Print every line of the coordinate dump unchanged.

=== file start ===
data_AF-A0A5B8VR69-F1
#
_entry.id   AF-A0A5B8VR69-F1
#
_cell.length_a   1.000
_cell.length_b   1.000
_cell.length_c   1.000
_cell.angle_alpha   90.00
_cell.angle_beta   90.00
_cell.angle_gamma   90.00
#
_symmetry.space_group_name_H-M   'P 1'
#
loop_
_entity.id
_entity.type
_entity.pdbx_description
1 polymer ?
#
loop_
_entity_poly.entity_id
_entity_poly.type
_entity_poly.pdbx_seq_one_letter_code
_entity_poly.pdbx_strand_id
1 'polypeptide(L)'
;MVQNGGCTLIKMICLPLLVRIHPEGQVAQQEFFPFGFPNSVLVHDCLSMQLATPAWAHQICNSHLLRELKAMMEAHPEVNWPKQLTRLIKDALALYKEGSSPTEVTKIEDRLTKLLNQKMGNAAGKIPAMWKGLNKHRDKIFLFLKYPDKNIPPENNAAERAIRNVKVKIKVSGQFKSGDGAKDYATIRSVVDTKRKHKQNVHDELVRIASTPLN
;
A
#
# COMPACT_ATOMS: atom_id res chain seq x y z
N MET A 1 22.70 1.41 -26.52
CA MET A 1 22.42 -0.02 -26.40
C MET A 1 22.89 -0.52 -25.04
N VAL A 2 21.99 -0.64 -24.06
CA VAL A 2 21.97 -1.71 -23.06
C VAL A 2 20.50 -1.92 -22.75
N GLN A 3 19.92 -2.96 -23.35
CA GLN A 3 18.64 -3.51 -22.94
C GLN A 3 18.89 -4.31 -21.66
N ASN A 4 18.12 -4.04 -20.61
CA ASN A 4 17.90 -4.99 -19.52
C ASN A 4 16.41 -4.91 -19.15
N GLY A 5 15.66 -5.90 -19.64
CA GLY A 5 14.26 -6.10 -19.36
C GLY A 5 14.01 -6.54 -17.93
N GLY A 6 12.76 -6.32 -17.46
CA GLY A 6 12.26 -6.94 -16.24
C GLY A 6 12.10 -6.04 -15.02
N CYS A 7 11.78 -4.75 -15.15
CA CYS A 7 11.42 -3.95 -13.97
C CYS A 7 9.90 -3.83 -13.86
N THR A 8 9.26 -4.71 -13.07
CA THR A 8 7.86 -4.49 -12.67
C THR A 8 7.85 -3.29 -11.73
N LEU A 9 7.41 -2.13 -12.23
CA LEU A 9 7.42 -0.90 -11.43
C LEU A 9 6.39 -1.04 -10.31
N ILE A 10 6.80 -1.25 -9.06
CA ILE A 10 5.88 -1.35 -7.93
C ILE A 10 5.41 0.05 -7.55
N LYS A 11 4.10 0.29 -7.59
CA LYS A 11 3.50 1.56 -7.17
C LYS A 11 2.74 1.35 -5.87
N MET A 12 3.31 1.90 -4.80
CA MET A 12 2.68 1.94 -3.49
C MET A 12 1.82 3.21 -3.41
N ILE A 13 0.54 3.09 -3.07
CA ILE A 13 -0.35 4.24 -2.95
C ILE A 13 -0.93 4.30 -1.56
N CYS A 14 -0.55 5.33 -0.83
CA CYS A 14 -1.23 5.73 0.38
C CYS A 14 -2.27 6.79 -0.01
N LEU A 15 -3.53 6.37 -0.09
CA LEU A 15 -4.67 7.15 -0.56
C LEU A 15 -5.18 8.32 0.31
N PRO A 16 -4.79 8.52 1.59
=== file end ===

data_AF-A0A5B8VR69-F1
#
_entry.id   AF-A0A5B8VR69-F1
#
_cell.length_a   1.000
_cell.length_b   1.000
_cell.length_c   1.000
_cell.angle_alpha   90.00
_cell.angle_beta   90.00
_cell.angle_gamma   90.00
#
_symmetry.space_group_name_H-M   'P 1'
#
loop_
_entity.id
_entity.type
_entity.pdbx_description
1 polymer ?
#
loop_
_entity_poly.entity_id
_entity_poly.type
_entity_poly.pdbx_seq_one_letter_code
_entity_poly.pdbx_strand_id
1 'polypeptide(L)'
;MVQNGGCTLIKMICLPLLVRIHPEGQVAQQEFFPFGFPNSVLVHDCLSMQLATPAWAHQICNSHLLRELKAMMEAHPEVNWPKQLTRLIKDALALYKEGSSPTEVTKIEDRLTKLLNQKMGNAAGKIPAMWKGLNKHRDKIFLFLKYPDKNIPPENNAAERAIRNVKVKIKVSGQFKSGDGAKDYATIRSVVDTKRKHKQNVHDELVRIASTPLN
;
A
#
# COMPACT_ATOMS: atom_id res chain seq x y z
N MET A 1 22.70 1.41 -26.52
CA MET A 1 22.42 -0.02 -26.40
C MET A 1 22.89 -0.52 -25.04
N VAL A 2 21.99 -0.64 -24.06
CA VAL A 2 21.97 -1.71 -23.06
C VAL A 2 20.50 -1.92 -22.75
N GLN A 3 19.92 -2.96 -23.35
CA GLN A 3 18.64 -3.51 -22.94
C GLN A 3 18.89 -4.31 -21.66
N ASN A 4 18.12 -4.04 -20.61
CA ASN A 4 17.90 -4.99 -19.52
C ASN A 4 16.41 -4.91 -19.15
N GLY A 5 15.66 -5.90 -19.64
CA GLY A 5 14.26 -6.10 -19.36
C GLY A 5 14.01 -6.54 -17.93
N GLY A 6 12.76 -6.32 -17.46
CA GLY A 6 12.26 -6.94 -16.24
C GLY A 6 12.10 -6.04 -15.02
N CYS A 7 11.78 -4.75 -15.15
CA CYS A 7 11.42 -3.95 -13.97
C CYS A 7 9.90 -3.83 -13.86
N THR A 8 9.26 -4.71 -13.07
CA THR A 8 7.86 -4.49 -12.67
C THR A 8 7.85 -3.29 -11.73
N LEU A 9 7.41 -2.13 -12.23
CA LEU A 9 7.42 -0.90 -11.43
C LEU A 9 6.39 -1.04 -10.31
N ILE A 10 6.80 -1.25 -9.06
CA ILE A 10 5.88 -1.35 -7.93
C ILE A 10 5.41 0.05 -7.55
N LYS A 11 4.10 0.29 -7.59
CA LYS A 11 3.50 1.56 -7.17
C LYS A 11 2.74 1.35 -5.87
N MET A 12 3.31 1.90 -4.80
CA MET A 12 2.68 1.94 -3.49
C MET A 12 1.82 3.21 -3.41
N ILE A 13 0.54 3.09 -3.07
CA ILE A 13 -0.35 4.24 -2.95
C ILE A 13 -0.93 4.30 -1.56
N CYS A 14 -0.55 5.33 -0.83
CA CYS A 14 -1.23 5.73 0.38
C CYS A 14 -2.27 6.79 -0.01
N LEU A 15 -3.53 6.37 -0.09
CA LEU A 15 -4.67 7.15 -0.56
C LEU A 15 -5.18 8.32 0.31
N PRO A 16 -4.79 8.52 1.59